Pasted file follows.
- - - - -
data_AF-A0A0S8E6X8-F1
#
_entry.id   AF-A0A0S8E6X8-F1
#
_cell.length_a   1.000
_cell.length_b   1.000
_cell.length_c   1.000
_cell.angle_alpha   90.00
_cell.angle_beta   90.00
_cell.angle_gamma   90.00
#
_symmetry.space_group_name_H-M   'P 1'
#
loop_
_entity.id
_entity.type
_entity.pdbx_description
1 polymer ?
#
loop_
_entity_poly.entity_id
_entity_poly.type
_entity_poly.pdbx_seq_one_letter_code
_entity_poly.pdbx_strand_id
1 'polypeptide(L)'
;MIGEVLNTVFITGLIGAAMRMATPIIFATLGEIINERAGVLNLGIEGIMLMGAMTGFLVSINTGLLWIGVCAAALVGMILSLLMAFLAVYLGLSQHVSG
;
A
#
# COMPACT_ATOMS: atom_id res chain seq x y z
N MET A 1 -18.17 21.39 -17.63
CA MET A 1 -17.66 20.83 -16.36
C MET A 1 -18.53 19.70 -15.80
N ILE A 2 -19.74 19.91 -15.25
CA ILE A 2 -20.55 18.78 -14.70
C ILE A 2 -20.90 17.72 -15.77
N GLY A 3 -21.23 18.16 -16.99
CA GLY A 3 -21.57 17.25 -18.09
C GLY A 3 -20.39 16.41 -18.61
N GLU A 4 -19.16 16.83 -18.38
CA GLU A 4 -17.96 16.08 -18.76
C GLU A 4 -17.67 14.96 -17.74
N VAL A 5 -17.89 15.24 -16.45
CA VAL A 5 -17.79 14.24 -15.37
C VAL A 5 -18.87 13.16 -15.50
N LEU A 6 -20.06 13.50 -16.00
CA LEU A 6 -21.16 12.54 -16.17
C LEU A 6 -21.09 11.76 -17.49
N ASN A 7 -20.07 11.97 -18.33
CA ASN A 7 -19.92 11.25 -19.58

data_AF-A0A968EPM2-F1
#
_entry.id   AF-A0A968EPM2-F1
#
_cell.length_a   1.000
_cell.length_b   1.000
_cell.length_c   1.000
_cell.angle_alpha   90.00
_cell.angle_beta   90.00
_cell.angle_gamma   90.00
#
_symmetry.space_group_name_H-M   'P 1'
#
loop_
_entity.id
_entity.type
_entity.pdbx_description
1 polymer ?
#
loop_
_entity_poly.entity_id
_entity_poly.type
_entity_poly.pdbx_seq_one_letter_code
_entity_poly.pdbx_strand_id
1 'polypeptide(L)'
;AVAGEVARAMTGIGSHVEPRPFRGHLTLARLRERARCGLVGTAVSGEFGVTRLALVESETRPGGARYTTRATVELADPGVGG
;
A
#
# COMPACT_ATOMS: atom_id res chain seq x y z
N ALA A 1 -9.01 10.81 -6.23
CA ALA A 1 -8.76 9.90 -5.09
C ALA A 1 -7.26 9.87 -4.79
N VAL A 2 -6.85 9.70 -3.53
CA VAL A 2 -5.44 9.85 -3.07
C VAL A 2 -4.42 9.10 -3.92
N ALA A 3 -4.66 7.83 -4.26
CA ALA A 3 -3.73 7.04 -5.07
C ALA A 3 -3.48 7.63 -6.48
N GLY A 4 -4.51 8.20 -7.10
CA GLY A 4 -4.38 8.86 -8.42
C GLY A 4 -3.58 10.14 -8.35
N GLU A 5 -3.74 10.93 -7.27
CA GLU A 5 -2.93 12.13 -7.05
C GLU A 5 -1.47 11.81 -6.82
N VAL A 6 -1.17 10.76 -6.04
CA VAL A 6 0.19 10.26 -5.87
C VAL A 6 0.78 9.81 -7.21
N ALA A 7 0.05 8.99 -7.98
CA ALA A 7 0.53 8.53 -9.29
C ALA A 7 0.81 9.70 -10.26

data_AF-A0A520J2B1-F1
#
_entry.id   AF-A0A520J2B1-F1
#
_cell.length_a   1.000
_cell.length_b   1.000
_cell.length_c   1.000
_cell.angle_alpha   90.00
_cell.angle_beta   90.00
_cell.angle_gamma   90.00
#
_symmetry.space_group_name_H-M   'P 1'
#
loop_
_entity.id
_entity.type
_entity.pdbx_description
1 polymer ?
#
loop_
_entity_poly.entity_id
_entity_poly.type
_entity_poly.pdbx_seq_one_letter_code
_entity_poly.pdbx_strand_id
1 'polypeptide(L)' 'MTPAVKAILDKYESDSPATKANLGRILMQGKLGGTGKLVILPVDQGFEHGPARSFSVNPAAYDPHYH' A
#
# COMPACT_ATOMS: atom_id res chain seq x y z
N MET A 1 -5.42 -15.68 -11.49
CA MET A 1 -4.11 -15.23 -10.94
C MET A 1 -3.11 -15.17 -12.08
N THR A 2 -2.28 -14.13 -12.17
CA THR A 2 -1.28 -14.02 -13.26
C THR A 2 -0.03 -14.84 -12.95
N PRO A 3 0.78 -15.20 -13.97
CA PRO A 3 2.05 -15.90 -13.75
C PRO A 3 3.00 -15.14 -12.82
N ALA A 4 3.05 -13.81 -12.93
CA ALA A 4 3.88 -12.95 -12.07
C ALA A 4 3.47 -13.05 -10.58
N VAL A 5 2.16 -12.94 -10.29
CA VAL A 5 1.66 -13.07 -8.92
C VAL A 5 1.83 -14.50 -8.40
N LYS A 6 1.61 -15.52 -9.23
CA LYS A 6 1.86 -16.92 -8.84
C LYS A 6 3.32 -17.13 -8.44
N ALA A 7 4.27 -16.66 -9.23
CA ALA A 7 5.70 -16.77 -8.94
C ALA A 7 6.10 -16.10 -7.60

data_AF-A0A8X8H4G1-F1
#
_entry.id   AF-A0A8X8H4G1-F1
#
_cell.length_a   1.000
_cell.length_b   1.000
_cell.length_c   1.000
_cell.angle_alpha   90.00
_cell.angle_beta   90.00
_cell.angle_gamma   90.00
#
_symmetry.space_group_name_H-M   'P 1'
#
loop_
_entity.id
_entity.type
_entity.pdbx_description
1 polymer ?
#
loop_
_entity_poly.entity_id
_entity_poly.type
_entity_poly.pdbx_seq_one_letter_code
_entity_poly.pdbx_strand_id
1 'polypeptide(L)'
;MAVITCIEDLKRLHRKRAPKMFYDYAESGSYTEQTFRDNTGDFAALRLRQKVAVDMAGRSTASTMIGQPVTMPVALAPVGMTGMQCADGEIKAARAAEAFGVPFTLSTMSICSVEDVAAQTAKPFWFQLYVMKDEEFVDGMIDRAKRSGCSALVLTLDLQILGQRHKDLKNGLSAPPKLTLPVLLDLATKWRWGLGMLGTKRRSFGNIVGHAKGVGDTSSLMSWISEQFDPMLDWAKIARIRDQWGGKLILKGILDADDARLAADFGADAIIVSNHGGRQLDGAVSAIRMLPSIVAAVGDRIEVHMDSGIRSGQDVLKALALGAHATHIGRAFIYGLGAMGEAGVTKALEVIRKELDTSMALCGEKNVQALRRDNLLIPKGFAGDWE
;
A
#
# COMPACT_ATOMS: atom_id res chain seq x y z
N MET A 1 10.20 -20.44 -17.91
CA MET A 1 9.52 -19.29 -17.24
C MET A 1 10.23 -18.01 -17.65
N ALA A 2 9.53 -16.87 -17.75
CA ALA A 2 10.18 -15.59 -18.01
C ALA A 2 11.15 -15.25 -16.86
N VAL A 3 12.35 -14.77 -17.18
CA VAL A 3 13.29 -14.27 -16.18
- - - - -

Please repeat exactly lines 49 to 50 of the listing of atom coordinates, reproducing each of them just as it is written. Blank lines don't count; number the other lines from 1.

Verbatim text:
N ASN A 7 -20.07 11.97 -18.33
CA ASN A 7 -19.92 11.25 -19.58